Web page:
He lay on the floor, right before the ventilation duct of a store on Seventh Avenue. I was wearing five layers of clothing—it was 5 degrees Fahrenheit—and the man wore only a pajama. He seemed to be asleep. I looked at him for a bit to see if I could see him breathe, and when I verified that he was alive, I continued on my way and headed for the supermarket. After a while, I thought about calling social services so they could come and pick him up. The brutal cold was unforgiving, and he could not last much longer dressed as he was. I did not call. Instead, I thought that if he was still on the sidewalk when I returned, I would call and try to get him to a shelter.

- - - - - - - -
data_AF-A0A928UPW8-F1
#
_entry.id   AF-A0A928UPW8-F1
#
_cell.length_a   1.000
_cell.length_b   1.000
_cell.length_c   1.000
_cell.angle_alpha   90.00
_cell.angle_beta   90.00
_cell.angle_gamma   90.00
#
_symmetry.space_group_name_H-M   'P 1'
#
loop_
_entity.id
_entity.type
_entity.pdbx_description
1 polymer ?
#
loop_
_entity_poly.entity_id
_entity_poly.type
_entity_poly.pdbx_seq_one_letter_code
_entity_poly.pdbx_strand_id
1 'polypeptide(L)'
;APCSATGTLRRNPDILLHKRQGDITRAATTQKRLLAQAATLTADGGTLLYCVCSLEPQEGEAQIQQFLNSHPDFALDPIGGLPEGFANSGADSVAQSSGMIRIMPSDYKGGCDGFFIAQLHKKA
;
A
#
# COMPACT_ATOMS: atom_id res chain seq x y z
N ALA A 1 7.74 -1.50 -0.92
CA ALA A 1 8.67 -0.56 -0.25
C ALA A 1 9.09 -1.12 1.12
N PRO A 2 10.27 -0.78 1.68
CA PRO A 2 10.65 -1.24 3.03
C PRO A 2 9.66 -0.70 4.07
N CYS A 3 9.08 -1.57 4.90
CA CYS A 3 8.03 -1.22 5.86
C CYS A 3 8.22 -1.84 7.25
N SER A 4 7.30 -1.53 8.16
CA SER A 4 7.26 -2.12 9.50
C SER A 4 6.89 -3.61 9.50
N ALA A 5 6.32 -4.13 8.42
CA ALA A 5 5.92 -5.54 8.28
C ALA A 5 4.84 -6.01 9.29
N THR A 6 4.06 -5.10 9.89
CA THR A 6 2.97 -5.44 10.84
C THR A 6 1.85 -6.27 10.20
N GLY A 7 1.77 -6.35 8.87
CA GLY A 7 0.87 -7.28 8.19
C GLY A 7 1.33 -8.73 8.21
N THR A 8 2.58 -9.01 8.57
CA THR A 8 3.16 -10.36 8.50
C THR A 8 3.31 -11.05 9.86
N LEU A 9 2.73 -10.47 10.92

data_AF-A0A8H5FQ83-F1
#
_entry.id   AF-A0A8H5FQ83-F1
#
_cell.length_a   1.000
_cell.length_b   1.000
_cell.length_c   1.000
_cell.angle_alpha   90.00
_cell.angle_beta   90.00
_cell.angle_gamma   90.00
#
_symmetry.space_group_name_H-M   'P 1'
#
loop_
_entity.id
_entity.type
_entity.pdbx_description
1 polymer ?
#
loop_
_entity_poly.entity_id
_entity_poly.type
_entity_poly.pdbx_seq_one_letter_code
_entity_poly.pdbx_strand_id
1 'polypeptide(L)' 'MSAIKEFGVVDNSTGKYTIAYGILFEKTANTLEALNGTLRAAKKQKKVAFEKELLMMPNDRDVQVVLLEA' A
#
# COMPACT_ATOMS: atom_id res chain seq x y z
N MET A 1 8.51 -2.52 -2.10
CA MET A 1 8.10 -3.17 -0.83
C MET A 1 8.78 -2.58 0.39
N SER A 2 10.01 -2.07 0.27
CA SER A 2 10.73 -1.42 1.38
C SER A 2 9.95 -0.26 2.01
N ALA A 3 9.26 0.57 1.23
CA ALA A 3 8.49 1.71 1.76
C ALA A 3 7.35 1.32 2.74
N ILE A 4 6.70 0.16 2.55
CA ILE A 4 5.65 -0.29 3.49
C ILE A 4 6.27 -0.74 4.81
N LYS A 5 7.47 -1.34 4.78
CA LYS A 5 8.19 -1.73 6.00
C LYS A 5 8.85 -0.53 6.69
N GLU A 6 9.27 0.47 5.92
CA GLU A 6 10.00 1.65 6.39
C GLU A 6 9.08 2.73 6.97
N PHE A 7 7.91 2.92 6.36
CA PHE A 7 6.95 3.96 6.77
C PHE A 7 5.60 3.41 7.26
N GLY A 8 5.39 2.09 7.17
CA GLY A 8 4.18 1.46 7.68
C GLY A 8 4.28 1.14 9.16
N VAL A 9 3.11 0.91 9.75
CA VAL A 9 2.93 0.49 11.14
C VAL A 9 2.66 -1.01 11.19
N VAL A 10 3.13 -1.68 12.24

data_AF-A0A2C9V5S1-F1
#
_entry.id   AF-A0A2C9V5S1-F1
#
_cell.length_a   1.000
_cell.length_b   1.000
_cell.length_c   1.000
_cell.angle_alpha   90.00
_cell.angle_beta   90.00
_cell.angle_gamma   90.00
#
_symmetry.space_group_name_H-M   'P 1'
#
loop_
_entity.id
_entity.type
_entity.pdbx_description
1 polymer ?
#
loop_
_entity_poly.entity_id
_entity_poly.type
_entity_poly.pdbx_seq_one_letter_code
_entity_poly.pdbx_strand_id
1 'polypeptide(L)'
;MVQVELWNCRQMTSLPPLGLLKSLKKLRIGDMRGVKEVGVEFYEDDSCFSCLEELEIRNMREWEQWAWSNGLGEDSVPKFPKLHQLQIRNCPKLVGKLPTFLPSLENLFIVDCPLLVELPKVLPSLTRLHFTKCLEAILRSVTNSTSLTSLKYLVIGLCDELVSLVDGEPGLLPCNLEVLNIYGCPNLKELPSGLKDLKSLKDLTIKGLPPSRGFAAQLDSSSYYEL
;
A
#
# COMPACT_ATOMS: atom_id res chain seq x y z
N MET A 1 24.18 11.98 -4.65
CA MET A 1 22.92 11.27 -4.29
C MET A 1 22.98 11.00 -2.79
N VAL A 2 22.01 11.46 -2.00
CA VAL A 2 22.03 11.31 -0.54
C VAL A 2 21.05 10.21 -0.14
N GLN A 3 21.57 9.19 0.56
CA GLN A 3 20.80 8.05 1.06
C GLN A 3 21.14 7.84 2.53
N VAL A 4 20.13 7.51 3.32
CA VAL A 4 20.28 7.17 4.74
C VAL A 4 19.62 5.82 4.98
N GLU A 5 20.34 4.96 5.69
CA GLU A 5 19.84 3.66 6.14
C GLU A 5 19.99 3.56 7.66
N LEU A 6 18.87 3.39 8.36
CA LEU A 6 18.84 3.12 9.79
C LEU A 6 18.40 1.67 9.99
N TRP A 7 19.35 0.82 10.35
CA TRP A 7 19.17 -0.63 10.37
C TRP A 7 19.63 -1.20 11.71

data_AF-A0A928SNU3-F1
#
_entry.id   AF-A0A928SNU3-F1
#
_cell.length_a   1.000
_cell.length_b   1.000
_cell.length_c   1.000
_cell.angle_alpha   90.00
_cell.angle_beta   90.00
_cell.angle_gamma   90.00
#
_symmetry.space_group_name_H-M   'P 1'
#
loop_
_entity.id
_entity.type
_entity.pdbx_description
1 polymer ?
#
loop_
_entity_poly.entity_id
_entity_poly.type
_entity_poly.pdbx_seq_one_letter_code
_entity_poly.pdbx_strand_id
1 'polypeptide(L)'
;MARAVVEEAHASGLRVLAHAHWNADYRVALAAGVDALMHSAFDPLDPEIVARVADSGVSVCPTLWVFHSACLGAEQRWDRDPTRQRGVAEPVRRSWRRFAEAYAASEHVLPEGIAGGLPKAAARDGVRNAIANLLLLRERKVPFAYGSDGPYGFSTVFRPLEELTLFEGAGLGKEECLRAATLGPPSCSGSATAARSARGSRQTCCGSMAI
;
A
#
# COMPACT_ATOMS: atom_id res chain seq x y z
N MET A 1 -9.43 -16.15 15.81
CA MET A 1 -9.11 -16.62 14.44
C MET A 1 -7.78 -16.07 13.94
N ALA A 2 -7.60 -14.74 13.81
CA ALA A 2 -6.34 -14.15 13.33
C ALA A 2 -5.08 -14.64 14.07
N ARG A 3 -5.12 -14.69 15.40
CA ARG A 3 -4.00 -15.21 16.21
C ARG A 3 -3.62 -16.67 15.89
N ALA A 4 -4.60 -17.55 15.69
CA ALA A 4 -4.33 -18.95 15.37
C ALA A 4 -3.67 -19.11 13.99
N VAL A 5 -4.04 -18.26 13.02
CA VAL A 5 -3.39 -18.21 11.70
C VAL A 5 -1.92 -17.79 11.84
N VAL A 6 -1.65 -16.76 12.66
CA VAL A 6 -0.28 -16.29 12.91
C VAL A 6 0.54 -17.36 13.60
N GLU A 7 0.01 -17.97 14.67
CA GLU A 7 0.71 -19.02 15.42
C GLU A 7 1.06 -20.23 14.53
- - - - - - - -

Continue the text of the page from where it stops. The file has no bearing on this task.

New York is a city of great contrasts, but the image of someone sleeping on the street despite the bitter cold is, unfortunately, universal. Surviving in a twenty-first-century society is turning into a small daily miracle in which a lucky few (the famous 1%) are able to live in peace until their death. An environment of social well-being, an environment in which we invest our money and for which we struggle, is beginning to be a luxury: social exclusion, poverty, a poorly treated physical or mental illness, exile, dispossession, the search for a peaceful place to live or just plain bad luck can lead us to sleep on the street sooner than we think. But even if one believes that nobody is really exempt from homelessness, the truth is that there is 1% of very fortunate people who, regardless of bits of bad luck, continue to succeed. The possibility that the head of a bank will end up sleeping inside an ATM is somewhat far-fetched.
When I returned from the supermarket, I walked by the same store. In place of the man, there was now a woman smoking a cigarette holding a sign that said, “I am hungry and cold. Happy New Year.”